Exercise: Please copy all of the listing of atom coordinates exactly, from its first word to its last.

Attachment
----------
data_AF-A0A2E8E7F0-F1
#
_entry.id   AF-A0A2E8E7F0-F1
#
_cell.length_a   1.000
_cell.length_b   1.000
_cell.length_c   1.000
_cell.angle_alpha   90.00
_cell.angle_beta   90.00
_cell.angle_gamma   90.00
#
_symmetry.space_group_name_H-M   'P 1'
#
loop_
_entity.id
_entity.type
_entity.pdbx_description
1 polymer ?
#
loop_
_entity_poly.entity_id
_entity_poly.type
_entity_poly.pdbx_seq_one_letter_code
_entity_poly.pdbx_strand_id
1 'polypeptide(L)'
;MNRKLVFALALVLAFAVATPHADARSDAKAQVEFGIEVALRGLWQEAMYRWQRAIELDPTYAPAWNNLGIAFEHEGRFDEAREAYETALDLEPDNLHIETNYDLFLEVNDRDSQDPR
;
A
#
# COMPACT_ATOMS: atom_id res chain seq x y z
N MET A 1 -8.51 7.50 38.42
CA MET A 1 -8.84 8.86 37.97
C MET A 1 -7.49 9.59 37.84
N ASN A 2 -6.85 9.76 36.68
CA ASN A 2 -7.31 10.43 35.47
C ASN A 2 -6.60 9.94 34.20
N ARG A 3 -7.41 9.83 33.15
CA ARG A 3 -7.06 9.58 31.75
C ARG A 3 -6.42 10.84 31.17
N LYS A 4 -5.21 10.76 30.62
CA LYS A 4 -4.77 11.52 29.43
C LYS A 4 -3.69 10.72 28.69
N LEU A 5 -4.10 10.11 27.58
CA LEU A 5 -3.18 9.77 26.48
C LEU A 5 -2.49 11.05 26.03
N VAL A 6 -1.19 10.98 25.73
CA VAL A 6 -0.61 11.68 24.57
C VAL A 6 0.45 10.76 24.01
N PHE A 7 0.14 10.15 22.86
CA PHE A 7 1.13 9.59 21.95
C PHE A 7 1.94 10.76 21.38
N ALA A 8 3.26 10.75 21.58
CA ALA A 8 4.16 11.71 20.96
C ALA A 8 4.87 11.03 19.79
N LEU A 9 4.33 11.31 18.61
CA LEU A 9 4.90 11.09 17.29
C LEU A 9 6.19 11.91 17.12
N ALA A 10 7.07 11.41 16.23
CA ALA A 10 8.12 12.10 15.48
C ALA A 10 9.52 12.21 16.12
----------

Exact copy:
data_AF-A0A2E8E7F0-F1
#
_entry.id   AF-A0A2E8E7F0-F1
#
_cell.length_a   1.000
_cell.length_b   1.000
_cell.length_c   1.000
_cell.angle_alpha   90.00
_cell.angle_beta   90.00
_cell.angle_gamma   90.00
#
_symmetry.space_group_name_H-M   'P 1'
#
loop_
_entity.id
_entity.type
_entity.pdbx_description
1 polymer ?
#
loop_
_entity_poly.entity_id
_entity_poly.type
_entity_poly.pdbx_seq_one_letter_code
_entity_poly.pdbx_strand_id
1 'polypeptide(L)'
;MNRKLVFALALVLAFAVATPHADARSDAKAQVEFGIEVALRGLWQEAMYRWQRAIELDPTYAPAWNNLGIAFEHEGRFDEAREAYETALDLEPDNLHIETNYDLFLEVNDRDSQDPR
;
A
#
# COMPACT_ATOMS: atom_id res chain seq x y z
N MET A 1 -8.51 7.50 38.42
CA MET A 1 -8.84 8.86 37.97
C MET A 1 -7.49 9.59 37.84
N ASN A 2 -6.85 9.76 36.68
CA ASN A 2 -7.31 10.43 35.47
C ASN A 2 -6.60 9.94 34.20
N ARG A 3 -7.41 9.83 33.15
CA ARG A 3 -7.06 9.58 31.75
C ARG A 3 -6.42 10.84 31.17
N LYS A 4 -5.21 10.76 30.62
CA LYS A 4 -4.77 11.52 29.43
C LYS A 4 -3.69 10.72 28.69
N LEU A 5 -4.10 10.11 27.58
CA LEU A 5 -3.18 9.77 26.48
C LEU A 5 -2.49 11.05 26.03
N VAL A 6 -1.19 10.98 25.73
CA VAL A 6 -0.61 11.68 24.57
C VAL A 6 0.45 10.76 24.01
N PHE A 7 0.14 10.15 22.86
CA PHE A 7 1.13 9.59 21.95
C PHE A 7 1.94 10.76 21.38
N ALA A 8 3.26 10.75 21.58
CA ALA A 8 4.16 11.71 20.96
C ALA A 8 4.87 11.03 19.79
N LEU A 9 4.33 11.31 18.61
CA LEU A 9 4.90 11.09 17.29
C LEU A 9 6.19 11.91 17.12
N ALA A 10 7.07 11.41 16.23
CA ALA A 10 8.12 12.10 15.48
C ALA A 10 9.52 12.21 16.12